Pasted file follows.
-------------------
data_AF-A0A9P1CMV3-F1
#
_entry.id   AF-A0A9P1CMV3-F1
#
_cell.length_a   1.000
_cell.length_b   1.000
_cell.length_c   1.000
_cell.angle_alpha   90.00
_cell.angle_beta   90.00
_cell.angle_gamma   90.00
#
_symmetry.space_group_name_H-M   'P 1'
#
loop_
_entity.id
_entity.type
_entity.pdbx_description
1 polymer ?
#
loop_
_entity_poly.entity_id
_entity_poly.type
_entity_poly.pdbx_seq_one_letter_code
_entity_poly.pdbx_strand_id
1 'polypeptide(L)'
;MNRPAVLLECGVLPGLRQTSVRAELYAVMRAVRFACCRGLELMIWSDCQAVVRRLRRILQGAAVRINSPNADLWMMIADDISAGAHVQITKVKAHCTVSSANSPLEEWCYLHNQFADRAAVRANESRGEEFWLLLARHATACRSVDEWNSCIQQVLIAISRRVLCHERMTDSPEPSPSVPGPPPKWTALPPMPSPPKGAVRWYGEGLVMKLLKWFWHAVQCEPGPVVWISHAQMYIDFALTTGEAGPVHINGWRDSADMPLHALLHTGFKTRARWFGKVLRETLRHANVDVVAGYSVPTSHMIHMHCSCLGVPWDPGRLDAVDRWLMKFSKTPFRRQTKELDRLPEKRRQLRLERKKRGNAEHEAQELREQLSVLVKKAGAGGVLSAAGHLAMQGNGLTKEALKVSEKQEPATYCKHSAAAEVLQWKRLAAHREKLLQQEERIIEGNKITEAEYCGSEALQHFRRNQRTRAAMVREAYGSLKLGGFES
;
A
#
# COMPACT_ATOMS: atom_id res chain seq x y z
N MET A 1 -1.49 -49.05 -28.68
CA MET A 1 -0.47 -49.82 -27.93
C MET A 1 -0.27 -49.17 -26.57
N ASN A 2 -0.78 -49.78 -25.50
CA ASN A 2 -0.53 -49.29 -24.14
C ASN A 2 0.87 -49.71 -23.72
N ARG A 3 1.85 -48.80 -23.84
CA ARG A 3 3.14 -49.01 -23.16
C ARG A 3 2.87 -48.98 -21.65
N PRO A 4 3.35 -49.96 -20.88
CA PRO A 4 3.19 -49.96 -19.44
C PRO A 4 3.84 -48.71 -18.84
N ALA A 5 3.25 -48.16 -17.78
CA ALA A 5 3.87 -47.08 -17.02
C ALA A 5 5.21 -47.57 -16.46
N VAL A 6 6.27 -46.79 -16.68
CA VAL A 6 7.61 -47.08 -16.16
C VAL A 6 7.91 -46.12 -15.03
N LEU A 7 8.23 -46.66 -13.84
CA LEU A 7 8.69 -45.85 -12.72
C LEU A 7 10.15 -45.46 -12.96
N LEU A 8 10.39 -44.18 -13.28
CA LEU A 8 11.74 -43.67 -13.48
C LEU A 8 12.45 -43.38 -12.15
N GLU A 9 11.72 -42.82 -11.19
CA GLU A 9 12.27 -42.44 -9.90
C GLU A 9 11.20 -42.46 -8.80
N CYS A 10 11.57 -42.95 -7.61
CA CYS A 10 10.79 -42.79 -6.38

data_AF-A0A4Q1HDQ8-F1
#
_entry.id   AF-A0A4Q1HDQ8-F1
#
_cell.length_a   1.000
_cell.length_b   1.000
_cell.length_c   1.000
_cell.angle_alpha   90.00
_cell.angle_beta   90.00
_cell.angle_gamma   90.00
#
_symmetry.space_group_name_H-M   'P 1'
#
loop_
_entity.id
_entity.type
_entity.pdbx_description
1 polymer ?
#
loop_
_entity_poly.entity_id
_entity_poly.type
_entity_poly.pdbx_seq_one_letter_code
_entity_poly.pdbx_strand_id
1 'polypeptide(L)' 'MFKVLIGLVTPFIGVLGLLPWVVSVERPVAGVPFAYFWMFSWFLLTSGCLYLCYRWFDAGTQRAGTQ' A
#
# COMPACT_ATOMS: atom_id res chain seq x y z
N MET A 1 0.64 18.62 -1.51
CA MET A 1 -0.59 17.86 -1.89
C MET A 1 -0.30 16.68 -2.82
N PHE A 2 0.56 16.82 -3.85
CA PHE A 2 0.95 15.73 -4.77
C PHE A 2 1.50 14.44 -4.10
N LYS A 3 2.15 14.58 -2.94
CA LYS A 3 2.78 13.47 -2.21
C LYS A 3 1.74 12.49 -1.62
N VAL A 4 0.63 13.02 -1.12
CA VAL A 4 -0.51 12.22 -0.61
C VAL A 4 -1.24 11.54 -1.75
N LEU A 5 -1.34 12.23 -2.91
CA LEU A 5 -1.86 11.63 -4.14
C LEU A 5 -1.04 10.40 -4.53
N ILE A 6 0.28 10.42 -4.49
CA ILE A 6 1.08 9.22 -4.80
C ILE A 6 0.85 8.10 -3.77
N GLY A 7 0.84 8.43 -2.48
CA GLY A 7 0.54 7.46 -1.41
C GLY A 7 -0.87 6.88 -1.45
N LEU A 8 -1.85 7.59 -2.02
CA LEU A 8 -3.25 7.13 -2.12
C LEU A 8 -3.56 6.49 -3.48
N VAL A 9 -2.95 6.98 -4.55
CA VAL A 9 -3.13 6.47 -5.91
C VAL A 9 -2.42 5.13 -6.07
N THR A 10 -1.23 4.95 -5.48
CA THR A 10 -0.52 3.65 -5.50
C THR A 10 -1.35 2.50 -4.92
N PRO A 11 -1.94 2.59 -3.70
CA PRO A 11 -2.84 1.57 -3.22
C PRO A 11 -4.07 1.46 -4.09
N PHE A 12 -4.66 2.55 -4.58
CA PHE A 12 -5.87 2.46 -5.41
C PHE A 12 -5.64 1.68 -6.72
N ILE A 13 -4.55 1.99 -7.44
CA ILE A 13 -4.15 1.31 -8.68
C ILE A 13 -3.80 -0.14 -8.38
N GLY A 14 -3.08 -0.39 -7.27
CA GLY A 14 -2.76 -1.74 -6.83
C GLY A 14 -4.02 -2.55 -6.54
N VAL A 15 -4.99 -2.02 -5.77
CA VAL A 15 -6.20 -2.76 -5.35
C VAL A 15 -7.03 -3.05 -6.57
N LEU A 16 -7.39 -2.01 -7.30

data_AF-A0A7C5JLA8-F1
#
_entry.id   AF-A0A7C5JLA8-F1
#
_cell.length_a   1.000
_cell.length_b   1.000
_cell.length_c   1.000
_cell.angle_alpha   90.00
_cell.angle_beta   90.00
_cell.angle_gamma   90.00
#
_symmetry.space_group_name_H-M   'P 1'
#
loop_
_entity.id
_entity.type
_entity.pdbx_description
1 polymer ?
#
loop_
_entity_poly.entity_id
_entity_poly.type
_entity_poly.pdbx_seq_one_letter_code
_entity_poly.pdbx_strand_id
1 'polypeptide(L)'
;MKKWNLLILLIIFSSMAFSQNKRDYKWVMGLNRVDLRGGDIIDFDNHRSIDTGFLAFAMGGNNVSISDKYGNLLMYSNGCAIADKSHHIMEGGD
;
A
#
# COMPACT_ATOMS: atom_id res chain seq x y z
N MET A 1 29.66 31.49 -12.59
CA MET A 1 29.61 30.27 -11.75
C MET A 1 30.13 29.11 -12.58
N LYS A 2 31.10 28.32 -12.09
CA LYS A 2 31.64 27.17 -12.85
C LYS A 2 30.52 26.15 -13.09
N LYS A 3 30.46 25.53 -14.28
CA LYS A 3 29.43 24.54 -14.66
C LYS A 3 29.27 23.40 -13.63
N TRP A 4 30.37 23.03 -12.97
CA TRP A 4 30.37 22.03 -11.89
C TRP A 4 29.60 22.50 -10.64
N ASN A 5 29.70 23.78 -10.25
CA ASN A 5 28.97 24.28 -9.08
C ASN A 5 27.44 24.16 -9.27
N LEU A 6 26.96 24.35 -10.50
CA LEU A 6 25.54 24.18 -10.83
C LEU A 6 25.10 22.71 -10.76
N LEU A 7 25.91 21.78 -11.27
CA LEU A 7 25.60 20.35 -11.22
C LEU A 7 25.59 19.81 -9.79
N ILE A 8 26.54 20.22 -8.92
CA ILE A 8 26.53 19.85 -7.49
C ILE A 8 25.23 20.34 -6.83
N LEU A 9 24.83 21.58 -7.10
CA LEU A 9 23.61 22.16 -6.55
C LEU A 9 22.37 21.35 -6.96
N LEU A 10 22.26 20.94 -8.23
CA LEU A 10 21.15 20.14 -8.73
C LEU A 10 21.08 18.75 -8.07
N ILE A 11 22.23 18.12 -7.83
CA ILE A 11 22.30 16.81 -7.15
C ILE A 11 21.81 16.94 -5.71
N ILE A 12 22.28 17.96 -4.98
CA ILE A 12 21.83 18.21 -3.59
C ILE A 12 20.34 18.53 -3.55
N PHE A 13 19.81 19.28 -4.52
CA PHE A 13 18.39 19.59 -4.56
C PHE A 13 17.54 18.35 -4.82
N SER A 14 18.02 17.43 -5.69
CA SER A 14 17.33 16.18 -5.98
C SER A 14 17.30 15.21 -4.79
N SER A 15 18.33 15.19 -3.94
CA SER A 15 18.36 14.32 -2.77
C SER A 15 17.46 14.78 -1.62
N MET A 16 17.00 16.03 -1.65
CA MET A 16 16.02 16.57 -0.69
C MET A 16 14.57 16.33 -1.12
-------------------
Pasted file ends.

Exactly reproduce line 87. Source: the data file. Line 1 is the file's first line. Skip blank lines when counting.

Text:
N MET A 1 0.64 18.62 -1.51